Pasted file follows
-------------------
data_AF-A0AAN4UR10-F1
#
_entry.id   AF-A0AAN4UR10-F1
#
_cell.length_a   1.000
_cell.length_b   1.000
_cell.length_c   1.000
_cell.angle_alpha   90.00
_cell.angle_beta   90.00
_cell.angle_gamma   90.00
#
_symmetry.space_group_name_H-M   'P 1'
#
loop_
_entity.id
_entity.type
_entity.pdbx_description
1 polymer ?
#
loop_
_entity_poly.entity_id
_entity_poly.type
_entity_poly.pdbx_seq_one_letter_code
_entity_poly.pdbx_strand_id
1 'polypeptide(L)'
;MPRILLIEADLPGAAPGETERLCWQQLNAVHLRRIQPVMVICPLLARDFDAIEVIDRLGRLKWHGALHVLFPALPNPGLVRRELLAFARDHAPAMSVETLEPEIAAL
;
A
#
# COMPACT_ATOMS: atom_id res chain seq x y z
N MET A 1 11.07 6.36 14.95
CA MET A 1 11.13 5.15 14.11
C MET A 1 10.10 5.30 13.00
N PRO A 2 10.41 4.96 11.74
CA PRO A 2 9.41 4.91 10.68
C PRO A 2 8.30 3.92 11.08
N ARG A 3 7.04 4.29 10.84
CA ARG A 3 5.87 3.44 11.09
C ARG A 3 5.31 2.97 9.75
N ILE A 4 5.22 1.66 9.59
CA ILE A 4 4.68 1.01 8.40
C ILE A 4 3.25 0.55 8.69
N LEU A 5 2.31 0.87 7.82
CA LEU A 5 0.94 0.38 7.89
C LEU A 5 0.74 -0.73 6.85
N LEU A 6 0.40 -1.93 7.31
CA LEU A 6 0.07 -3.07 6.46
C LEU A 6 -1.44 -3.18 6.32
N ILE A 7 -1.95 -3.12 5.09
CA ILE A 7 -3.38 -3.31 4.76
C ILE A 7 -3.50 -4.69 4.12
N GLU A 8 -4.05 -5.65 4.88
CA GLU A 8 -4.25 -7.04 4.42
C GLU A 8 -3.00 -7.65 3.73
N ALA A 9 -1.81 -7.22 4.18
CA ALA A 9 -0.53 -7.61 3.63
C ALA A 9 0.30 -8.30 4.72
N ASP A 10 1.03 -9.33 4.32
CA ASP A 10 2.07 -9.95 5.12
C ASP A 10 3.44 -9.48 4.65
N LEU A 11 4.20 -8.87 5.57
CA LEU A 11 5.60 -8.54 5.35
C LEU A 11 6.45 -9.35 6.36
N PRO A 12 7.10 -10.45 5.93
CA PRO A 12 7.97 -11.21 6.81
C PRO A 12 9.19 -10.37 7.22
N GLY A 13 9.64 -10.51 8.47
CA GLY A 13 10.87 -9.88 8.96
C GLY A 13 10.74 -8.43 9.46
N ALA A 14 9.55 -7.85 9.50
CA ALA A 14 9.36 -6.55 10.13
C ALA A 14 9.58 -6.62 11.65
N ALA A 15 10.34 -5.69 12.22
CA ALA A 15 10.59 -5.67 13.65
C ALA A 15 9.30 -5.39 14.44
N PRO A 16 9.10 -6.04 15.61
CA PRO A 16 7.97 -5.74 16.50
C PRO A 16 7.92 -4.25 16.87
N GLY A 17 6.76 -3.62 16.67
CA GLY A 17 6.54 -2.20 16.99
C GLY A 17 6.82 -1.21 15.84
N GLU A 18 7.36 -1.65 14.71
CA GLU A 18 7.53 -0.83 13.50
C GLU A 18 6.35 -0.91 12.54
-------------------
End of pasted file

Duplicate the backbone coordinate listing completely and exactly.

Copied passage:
data_AF-A0AAN4UR10-F1
#
_entry.id   AF-A0AAN4UR10-F1
#
_cell.length_a   1.000
_cell.length_b   1.000
_cell.length_c   1.000
_cell.angle_alpha   90.00
_cell.angle_beta   90.00
_cell.angle_gamma   90.00
#
_symmetry.space_group_name_H-M   'P 1'
#
loop_
_entity.id
_entity.type
_entity.pdbx_description
1 polymer ?
#
loop_
_entity_poly.entity_id
_entity_poly.type
_entity_poly.pdbx_seq_one_letter_code
_entity_poly.pdbx_strand_id
1 'polypeptide(L)'
;MPRILLIEADLPGAAPGETERLCWQQLNAVHLRRIQPVMVICPLLARDFDAIEVIDRLGRLKWHGALHVLFPALPNPGLVRRELLAFARDHAPAMSVETLEPEIAAL
;
A
#
# COMPACT_ATOMS: atom_id res chain seq x y z
N MET A 1 11.07 6.36 14.95
CA MET A 1 11.13 5.15 14.11
C MET A 1 10.10 5.30 13.00
N PRO A 2 10.41 4.96 11.74
CA PRO A 2 9.41 4.91 10.68
C PRO A 2 8.30 3.92 11.08
N ARG A 3 7.04 4.29 10.84
CA ARG A 3 5.87 3.44 11.09
C ARG A 3 5.31 2.97 9.75
N ILE A 4 5.22 1.66 9.59
CA ILE A 4 4.68 1.01 8.40
C ILE A 4 3.25 0.55 8.69
N LEU A 5 2.31 0.87 7.82
CA LEU A 5 0.94 0.38 7.89
C LEU A 5 0.74 -0.73 6.85
N LEU A 6 0.40 -1.93 7.31
CA LEU A 6 0.07 -3.07 6.46
C LEU A 6 -1.44 -3.18 6.32
N ILE A 7 -1.95 -3.12 5.09
CA ILE A 7 -3.38 -3.31 4.76
C ILE A 7 -3.50 -4.69 4.12
N GLU A 8 -4.05 -5.65 4.88
CA GLU A 8 -4.25 -7.04 4.42
C GLU A 8 -3.00 -7.65 3.73
N ALA A 9 -1.81 -7.22 4.18
CA ALA A 9 -0.53 -7.61 3.63
C ALA A 9 0.30 -8.30 4.72
N ASP A 10 1.03 -9.33 4.32
CA ASP A 10 2.07 -9.95 5.12
C ASP A 10 3.44 -9.48 4.65
N LEU A 11 4.20 -8.87 5.57
CA LEU A 11 5.60 -8.54 5.35
C LEU A 11 6.45 -9.35 6.36
N PRO A 12 7.10 -10.45 5.93
CA PRO A 12 7.97 -11.21 6.81
C PRO A 12 9.19 -10.37 7.22
N GLY A 13 9.64 -10.51 8.47
CA GLY A 13 10.87 -9.88 8.96
C GLY A 13 10.74 -8.43 9.46
N ALA A 14 9.55 -7.85 9.50
CA ALA A 14 9.36 -6.55 10.13
C ALA A 14 9.58 -6.62 11.65
N ALA A 15 10.34 -5.69 12.22
CA ALA A 15 10.59 -5.67 13.65
C ALA A 15 9.30 -5.39 14.44
N PRO A 16 9.10 -6.04 15.61
CA PRO A 16 7.97 -5.74 16.50
C PRO A 16 7.92 -4.25 16.87
N GLY A 17 6.76 -3.62 16.67
CA GLY A 17 6.54 -2.20 16.99
C GLY A 17 6.82 -1.21 15.84
N GLU A 18 7.36 -1.65 14.71
CA GLU A 18 7.53 -0.83 13.50
C GLU A 18 6.35 -0.91 12.54